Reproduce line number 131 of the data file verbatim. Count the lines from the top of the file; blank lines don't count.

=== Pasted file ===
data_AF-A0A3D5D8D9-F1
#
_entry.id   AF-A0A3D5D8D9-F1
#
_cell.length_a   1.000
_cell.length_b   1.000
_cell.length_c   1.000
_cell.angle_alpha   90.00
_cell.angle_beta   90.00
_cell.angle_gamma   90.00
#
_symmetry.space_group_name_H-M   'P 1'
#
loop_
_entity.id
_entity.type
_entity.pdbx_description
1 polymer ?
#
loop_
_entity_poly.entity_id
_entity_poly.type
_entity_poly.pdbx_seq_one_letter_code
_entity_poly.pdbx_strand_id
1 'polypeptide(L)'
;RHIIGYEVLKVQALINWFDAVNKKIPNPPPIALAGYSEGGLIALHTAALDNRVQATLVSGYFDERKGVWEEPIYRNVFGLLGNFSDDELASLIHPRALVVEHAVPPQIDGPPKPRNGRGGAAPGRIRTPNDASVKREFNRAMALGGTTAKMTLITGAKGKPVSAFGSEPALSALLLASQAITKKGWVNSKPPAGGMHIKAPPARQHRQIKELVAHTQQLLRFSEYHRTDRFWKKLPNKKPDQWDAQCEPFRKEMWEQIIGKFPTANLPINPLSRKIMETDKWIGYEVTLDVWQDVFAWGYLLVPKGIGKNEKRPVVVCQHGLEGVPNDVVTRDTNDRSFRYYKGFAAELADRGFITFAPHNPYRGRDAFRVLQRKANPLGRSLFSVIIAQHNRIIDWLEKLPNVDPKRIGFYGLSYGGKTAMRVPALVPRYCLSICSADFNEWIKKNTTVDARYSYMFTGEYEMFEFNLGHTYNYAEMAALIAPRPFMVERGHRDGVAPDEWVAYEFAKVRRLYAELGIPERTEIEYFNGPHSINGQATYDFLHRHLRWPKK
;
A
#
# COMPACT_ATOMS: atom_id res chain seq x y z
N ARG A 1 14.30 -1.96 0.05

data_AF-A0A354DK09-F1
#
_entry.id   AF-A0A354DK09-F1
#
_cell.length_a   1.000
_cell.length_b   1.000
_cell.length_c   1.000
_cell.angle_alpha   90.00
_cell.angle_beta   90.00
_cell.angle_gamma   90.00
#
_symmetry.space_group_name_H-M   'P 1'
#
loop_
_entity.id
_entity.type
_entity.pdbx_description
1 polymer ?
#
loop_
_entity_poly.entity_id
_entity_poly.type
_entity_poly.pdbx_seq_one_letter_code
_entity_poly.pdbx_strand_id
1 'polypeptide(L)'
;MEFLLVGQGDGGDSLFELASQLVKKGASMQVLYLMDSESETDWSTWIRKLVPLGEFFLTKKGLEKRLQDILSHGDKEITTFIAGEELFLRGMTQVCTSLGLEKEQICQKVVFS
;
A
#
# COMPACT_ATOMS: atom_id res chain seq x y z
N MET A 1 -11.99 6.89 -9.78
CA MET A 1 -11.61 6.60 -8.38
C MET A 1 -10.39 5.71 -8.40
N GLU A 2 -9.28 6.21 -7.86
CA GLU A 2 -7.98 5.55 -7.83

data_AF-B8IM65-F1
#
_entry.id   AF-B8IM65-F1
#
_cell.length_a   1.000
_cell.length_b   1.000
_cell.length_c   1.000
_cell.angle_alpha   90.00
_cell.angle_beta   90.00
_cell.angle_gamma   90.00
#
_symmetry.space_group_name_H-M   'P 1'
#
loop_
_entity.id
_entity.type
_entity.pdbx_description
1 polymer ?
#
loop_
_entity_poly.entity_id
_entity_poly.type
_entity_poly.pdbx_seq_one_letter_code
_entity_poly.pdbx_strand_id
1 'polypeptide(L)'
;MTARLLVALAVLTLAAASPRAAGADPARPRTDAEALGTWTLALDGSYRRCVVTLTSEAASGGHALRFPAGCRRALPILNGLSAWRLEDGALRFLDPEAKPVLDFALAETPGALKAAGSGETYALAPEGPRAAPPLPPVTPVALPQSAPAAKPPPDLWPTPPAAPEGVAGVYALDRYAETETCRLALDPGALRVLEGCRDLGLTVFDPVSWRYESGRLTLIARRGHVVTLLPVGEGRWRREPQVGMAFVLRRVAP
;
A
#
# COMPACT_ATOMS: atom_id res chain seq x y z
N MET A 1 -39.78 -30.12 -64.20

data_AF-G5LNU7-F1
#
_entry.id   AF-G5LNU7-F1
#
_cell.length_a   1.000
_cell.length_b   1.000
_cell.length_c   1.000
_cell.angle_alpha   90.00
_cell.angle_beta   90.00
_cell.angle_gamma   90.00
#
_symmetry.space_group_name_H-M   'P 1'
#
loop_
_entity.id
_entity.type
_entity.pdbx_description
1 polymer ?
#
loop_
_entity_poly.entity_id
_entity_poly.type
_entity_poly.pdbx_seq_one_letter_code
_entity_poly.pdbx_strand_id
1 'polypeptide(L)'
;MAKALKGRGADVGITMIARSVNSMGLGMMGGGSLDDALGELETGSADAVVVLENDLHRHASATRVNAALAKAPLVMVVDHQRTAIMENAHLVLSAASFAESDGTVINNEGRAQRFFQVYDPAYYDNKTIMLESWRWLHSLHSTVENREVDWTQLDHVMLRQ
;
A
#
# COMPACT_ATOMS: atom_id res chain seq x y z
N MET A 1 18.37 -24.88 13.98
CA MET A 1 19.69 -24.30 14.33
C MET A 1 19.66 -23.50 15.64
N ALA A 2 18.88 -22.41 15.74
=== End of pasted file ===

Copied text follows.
N ALA A 2 18.88 -22.41 15.74